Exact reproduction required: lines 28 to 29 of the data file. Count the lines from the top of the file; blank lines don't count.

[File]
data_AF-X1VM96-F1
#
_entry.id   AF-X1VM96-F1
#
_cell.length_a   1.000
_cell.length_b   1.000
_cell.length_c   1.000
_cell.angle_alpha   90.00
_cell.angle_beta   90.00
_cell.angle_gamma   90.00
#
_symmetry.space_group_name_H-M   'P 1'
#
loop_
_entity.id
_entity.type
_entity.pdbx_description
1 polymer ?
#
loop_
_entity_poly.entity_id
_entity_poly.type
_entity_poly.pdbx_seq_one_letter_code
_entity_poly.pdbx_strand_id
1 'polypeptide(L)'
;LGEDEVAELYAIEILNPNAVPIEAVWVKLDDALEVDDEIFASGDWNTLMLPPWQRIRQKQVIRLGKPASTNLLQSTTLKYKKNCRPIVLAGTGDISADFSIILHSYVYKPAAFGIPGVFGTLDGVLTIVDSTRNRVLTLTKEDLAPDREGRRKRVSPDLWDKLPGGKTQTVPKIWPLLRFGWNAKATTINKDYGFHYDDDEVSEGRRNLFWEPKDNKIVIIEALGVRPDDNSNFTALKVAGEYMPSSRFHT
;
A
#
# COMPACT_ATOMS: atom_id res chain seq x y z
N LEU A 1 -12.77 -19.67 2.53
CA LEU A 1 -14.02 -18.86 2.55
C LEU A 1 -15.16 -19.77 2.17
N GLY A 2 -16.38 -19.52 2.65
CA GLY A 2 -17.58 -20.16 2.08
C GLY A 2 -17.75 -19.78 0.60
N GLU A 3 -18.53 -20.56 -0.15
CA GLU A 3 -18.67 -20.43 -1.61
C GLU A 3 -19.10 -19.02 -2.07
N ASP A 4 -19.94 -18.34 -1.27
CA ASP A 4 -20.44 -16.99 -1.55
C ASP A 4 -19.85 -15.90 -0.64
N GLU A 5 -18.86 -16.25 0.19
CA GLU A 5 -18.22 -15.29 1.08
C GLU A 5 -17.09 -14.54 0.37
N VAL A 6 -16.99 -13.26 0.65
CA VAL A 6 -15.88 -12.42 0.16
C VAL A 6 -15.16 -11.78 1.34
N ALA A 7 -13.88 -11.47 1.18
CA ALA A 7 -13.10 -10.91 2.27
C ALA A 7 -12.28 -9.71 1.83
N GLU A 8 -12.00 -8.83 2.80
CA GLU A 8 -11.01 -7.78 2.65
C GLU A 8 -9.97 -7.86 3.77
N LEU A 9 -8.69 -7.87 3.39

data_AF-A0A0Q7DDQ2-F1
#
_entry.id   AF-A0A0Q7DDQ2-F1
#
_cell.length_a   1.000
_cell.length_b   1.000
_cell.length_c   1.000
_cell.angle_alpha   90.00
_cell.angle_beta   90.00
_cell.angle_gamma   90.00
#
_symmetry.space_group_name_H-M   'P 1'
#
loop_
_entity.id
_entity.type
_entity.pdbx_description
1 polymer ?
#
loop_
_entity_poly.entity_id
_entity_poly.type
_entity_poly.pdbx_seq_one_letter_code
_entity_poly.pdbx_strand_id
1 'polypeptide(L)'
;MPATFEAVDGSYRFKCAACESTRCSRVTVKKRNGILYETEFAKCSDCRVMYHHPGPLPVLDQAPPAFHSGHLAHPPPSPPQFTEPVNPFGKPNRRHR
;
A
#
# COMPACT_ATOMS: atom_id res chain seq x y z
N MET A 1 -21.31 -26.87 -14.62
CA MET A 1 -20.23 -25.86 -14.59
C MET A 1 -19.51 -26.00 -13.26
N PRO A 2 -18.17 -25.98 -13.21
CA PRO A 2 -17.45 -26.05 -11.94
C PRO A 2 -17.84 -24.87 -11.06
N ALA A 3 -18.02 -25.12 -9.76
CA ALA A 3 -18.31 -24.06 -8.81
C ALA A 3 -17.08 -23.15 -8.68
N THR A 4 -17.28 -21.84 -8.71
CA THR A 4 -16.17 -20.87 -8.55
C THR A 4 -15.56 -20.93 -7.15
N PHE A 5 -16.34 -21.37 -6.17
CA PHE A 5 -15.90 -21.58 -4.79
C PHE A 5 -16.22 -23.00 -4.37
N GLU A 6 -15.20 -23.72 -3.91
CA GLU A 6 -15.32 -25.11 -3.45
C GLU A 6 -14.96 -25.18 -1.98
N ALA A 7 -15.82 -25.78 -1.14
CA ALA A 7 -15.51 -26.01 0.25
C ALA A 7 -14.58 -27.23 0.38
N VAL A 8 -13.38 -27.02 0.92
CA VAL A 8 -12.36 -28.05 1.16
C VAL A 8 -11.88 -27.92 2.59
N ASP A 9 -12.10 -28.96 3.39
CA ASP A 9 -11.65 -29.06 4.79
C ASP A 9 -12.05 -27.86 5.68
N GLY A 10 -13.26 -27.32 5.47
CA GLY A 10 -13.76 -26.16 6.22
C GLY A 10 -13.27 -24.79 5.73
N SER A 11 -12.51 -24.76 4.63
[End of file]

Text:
A
#